Bashir Blames Indonesian Policies for Jakarta Attacks
July 23 (Bloomberg) -- Muslim cleric Abu Bakar Bashir blamed the Indonesian government's policies for the suicide attacks on two luxury hotels in Jakarta and said terrorism won't end until authorities respect the supremacy of Islamic law.
"The main cause of this disaster is the Indonesian government," the Australian newspaper cited Bashir as saying yesterday. "This will not end until the government follows the right path."
Bashir, who is the alleged spiritual leader of Southeast Asian terrorist group Jemaah Islamiyah and lives in the grounds of an Islamic school in Java, refused to condemn the attacks and said violence was justified in the fight against non-Muslims, the newspaper said.
Authorities are struggling to identify the two bombers, who killed themselves and seven other people in the July 17 attacks on the JW Marriott and Ritz Carlton hotels. Indonesian police yesterday released sketches of the suspects and appealed to the public for help.
The Marriot bombing suspect was described as a male aged 16 or 17, while the man who attacked the Ritz was said to be between 20 and 40 years old.
Police say the attacks may be linked to Jemaah Islamiyah, which is blamed for killing more than 280 people in a six-year bombing campaign in Indonesia.
Bashir endorsed the work of Noordin Mohammad Top, a wanted terrorist allegedly linked to the bombings, saying he "fights to defend Islam," according to the Australian.
Bashir denies being JI's spiritual head and his conviction for involvement in the 2002 Bali bombings that left 202 people dead was overturned by the Supreme Court in 2006. He continues to call for jihad, or holy war, against the West.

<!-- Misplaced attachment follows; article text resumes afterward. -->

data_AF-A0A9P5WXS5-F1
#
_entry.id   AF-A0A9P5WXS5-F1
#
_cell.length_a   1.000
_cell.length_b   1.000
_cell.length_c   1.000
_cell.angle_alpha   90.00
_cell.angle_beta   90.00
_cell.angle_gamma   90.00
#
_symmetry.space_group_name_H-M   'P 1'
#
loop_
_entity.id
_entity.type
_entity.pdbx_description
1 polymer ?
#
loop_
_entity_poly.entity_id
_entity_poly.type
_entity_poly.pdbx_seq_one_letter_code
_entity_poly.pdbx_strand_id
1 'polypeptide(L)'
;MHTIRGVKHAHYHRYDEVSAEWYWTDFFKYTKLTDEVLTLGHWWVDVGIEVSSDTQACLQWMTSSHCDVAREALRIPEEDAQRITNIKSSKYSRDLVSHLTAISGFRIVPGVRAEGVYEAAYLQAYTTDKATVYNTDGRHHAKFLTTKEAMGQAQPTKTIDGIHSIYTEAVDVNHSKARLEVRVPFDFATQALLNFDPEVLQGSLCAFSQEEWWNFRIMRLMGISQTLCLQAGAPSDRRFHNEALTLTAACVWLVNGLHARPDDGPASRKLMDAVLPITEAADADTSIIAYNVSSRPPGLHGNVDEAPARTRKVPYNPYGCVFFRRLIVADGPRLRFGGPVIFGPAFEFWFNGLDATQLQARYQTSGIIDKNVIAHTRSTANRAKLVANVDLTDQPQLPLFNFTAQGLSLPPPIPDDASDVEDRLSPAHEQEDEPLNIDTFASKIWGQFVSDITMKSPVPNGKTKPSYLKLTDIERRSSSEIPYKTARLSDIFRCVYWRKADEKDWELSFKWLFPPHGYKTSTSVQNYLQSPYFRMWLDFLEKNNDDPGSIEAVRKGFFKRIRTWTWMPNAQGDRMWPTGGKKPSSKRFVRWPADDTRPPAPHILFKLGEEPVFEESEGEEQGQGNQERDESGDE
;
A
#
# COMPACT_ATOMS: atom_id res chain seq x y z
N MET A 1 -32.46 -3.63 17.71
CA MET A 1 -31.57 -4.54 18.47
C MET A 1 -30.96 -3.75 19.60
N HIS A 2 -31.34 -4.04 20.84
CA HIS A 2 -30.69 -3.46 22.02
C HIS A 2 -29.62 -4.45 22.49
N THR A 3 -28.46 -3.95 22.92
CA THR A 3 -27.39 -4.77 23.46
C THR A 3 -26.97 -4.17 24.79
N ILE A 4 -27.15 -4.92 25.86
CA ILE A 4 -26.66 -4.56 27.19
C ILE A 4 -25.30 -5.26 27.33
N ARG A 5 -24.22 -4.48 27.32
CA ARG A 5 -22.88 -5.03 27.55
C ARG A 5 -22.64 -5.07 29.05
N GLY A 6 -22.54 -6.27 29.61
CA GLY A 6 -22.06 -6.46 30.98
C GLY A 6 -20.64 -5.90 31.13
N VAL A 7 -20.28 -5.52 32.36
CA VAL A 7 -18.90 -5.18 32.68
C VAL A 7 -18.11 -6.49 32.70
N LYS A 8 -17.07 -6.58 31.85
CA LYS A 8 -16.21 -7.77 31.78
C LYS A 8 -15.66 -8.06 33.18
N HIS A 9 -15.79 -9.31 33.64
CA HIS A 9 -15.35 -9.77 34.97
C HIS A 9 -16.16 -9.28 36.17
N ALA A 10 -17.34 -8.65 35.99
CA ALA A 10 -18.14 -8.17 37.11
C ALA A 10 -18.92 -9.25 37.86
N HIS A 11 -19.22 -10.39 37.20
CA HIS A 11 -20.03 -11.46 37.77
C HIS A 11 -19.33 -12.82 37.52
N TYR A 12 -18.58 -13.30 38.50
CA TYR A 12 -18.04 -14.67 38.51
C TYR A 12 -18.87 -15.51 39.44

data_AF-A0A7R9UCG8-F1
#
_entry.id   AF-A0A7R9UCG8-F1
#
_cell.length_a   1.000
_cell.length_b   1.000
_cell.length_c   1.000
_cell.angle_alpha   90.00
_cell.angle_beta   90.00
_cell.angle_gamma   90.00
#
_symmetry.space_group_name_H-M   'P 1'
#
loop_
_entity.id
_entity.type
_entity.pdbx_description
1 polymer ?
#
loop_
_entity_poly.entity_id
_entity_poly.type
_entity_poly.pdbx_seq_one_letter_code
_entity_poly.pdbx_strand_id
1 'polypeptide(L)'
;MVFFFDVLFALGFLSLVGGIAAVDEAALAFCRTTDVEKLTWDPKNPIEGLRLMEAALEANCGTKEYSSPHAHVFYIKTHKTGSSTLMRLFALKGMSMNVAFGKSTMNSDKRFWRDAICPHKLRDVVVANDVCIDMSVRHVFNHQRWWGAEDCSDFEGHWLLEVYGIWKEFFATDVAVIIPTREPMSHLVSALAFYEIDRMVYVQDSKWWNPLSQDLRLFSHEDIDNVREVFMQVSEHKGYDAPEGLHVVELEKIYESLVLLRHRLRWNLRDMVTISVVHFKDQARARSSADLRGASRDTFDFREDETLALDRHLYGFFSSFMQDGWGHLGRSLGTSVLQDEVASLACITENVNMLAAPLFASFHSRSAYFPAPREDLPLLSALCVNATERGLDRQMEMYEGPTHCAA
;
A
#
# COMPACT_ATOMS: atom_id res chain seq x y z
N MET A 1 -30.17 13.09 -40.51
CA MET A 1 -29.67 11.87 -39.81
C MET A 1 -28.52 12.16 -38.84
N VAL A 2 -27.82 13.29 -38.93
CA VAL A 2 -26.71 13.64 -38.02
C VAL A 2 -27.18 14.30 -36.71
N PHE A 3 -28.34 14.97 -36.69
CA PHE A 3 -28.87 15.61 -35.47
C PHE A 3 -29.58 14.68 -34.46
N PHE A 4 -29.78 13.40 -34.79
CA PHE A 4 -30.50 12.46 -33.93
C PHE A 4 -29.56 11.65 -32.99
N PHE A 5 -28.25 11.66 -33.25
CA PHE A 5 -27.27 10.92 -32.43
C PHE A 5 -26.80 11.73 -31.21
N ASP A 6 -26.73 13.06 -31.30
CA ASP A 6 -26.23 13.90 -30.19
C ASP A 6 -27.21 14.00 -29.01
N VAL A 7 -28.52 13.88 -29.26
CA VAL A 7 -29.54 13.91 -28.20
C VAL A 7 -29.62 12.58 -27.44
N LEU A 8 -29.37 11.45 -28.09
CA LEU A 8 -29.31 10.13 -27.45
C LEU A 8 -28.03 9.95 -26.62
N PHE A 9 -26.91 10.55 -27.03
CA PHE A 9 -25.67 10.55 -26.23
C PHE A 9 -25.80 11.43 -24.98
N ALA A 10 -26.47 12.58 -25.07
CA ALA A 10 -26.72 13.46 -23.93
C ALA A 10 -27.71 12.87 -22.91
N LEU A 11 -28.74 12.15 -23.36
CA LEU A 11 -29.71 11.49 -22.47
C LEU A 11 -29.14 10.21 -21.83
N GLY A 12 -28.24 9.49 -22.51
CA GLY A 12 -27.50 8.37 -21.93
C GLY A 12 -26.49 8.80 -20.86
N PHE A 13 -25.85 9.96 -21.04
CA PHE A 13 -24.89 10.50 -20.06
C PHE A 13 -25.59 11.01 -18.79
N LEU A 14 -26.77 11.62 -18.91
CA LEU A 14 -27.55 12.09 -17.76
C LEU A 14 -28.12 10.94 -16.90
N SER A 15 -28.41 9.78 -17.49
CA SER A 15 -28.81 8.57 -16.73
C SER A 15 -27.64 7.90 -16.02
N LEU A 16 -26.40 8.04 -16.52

Some terrorism analysts say the government must crack down on Bashir and other clerics in order to uproot Islamic extremism in the nation of 248 million people, the world's most populous Muslim country.
"If Indonesia is serious about fighting JI they must arrest and retry" Bashir for "preaching hatred," Rohan Gunaratna, head of the Singapore-based International Centre for Political Violence and Terrorism Research, said this week.
Police carried out DNA tests on the remains of the hotel bombers in an effort to identify them, police spokesman Nanan Soekarna said yesterday. The results showed they didn't belong to men called Nur Hasbi and Ibrahim, who were identified in local media reports as the suspected bombers.
Soekarna declined to comment on media reports that Noordin's wife was arrested by counterterrorism police in Central Java.
Noordin is the suspected mastermind of the 2002 Bali attacks and was allegedly involved in the 2003 bombing at the same Marriott hotel in Jakarta that killed 12 people, a 2004 blast outside the Australian Embassy in Jakarta that killed at least nine, and another attack in Bali in 2005 when three suicide bombers killed themselves and 20 other people.
He leads a JI splinter organization, and after the Bali attack in 2005 identified himself as the head of a group called al-Qaeda for Southeast Asia, according to the Brussels-based International Crisis Group.
The U.S. State Department's Rewards for Justice Program refers to Noordin as one of the most dangerous members of JI, saying he is "believed to be a top recruiter, strategist and fundraiser."
The near-simultaneous bombings on the hotels were the first terrorist attacks in Indonesia in almost four years. The attackers killed themselves and wounded about 50. Three Australians, one New Zealander and one Indonesian were among the dead and police are carrying out tests to confirm a Dutch couple was killed.
The attacks came nine days after elections in which President Susilo Bambang Yudhoyono won a second five-year term, partly on his perceived ability to contain extremism.
"Terrorism is the enemy of all of us," Yudhoyono told members of his Democrat Party at a post-election meeting in Jakarta late yesterday. "They destroy everything and their victims are plenty. Let us save this country through prevention and by not giving space to these terrorists."
To contact the reporters on this story: Achmad Sukarsono in Jakarta at firstname.lastname@example.org Ed Johnson in Sydney at email@example.com .
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